In line with reports of the government weighing an extension of the deadline for changes in FDI policy for e-commerce to come into effect, domestic e-commerce companies such as Snapdeal and ShopClues along with other social e-commerce startups like Shop101 have opposed such extension.
The companies have reached out to the Department of Industrial Policy and Promotion (DIPP) lauding the changes as well as opposing any extension.
On December 26, the government notified changes in FDI rules for e-commerce which prohibits large online marketplaces from controlling inventory of its partner sellers and also from having any exclusive product launches. The changes are set to come into effect from February 1, 2019.
However, leading marketplaces, Amazon and Flipkart had sought an extension of the deadline as these changes would require changing their business model and an overhaul of their inventories.
Later the reports surfaced that government is studying such extension and may extend the deadline by two months. This hasn’t sat well with other stakeholders like traders’ body Confederation of All Indian Traders (CAIT) which has written to the Prime Minister’s Office urging his office not to grant more time to the e-tailers.
Earlier, CAIT had threatened a nationwide agitation if any extension is given to these e-commerce companies.
Now, smaller companies like ShopClues has said that these are large companies, they knew what they were doing and their argument that the law will hurt SMEs is wrong and therefore, the deadline should not be extended by even a single day.
Snapdeal founder has said that immediate and thorough implementation of Press Note 2 is important to ensure growth and survival of India’s small businesses through genuine online marketplaces.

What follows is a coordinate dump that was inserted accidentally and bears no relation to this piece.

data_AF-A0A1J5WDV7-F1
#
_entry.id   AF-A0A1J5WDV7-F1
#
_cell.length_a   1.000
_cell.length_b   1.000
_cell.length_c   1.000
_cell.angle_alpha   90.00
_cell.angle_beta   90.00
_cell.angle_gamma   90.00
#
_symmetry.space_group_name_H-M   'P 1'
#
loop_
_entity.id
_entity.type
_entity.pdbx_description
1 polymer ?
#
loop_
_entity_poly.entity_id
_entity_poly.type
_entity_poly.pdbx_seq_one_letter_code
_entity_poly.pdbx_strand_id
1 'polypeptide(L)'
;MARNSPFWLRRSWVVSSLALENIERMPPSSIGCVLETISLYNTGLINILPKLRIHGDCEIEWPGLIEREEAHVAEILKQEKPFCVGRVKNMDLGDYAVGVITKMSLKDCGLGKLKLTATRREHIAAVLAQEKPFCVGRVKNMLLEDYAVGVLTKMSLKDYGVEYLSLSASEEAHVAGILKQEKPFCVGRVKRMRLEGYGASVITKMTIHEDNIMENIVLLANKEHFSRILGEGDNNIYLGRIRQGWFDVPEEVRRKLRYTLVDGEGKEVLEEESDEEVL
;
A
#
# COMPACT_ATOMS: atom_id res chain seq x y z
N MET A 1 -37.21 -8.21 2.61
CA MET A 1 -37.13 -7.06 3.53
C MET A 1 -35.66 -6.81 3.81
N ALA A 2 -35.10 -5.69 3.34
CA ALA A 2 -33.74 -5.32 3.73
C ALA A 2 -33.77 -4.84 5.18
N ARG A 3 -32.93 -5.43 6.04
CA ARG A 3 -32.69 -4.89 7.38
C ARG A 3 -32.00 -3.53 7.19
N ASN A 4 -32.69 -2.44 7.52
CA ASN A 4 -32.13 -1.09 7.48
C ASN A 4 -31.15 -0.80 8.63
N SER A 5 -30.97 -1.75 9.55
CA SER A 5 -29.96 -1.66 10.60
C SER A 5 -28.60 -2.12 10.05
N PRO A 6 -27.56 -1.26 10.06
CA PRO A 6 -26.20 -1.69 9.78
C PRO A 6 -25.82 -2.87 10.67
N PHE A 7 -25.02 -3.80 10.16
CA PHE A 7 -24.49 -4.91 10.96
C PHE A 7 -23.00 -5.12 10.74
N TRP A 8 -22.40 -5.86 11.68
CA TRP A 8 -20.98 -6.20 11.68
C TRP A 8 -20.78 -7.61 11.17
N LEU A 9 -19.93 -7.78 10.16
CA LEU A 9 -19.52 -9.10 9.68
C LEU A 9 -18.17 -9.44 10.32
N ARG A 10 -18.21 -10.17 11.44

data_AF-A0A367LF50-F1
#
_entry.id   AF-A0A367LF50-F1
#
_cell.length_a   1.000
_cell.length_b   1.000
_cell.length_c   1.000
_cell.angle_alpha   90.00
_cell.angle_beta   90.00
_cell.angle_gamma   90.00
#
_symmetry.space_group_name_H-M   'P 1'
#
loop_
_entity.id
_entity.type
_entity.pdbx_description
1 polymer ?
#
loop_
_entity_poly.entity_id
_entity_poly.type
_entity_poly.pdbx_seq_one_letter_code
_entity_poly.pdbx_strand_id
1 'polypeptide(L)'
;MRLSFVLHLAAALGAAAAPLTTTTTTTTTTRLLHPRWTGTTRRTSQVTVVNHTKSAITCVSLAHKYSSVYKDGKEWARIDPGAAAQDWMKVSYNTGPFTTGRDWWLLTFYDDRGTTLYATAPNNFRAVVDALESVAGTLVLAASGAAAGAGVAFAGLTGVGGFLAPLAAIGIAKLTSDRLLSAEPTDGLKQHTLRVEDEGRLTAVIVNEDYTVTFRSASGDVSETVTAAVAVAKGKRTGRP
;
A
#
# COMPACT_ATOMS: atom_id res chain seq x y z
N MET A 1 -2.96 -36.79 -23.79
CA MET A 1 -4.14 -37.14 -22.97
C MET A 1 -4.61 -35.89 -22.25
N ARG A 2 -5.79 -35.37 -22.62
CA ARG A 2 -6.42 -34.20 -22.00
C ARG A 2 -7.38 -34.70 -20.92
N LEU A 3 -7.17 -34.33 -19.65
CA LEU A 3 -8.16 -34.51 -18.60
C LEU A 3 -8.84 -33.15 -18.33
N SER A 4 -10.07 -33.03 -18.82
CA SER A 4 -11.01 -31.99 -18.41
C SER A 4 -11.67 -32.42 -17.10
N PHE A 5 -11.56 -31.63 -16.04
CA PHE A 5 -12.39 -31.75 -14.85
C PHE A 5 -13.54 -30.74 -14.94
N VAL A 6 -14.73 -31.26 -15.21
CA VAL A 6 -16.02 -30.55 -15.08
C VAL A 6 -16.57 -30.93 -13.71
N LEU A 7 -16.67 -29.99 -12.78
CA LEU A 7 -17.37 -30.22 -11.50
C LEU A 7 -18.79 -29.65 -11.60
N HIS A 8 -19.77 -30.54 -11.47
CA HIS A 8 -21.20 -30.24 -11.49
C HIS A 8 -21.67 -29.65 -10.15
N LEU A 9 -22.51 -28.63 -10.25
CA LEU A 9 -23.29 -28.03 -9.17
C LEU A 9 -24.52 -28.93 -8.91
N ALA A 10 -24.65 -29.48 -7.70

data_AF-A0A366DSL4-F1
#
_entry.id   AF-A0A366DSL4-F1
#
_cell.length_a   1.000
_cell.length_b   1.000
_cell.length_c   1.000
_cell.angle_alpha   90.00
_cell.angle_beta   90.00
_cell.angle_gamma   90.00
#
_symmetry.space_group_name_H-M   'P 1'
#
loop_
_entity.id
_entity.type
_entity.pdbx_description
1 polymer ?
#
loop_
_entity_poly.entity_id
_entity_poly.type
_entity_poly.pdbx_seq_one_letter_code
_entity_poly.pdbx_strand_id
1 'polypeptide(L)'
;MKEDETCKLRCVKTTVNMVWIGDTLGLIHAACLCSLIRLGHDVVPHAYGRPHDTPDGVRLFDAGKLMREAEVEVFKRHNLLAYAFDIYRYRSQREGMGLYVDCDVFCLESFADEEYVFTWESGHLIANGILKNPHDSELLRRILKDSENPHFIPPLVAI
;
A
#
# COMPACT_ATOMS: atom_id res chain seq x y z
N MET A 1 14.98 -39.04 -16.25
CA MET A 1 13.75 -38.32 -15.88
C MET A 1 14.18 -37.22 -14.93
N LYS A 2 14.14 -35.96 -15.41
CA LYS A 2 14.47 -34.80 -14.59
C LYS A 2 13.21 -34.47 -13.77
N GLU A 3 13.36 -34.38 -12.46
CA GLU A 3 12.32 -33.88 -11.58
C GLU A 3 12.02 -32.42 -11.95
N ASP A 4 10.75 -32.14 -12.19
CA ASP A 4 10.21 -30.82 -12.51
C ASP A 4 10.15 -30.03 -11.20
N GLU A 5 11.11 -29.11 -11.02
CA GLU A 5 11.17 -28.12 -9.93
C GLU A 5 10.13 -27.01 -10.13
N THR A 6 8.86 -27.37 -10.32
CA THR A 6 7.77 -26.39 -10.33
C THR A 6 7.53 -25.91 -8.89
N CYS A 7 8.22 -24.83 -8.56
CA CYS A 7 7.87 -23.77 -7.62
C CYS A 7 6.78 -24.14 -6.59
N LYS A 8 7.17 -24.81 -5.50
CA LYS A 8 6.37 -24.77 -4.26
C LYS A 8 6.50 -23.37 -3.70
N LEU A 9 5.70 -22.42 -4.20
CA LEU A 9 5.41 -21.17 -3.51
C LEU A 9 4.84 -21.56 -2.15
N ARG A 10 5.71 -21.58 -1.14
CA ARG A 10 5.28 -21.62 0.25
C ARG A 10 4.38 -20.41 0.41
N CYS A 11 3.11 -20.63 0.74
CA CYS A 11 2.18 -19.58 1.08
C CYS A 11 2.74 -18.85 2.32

Other players such as Limeroad, Wooplr and Fynd have also written to the ministry and some online-only brands have raised concerns over the issue.
On the other hand, the United States government has expressed reservations about India’s tough stand on e-commerce players and has told officials in New Delhi that the revised regulations will slow down investment plans of US-based retailers Amazon and Walmart.
In December, the US-India Strategic Partnership Forum (USISPF) had said that the new e-commerce rules being discussed by DIPP are regressive and that they could potentially harm the consumers. The Forum said that the rules can create unpredictability and might have a negative impact on the growth of the online retail market in the country.
On the global front, e-commerce rules have also put India in a tighter position after China joined the World Trade Organisation’s talks for developing trade rules for e-commerce. India has been opposing cross-border data flow, preventing data localization and protection of source code, over which 76 countries are now bonding.―Inc42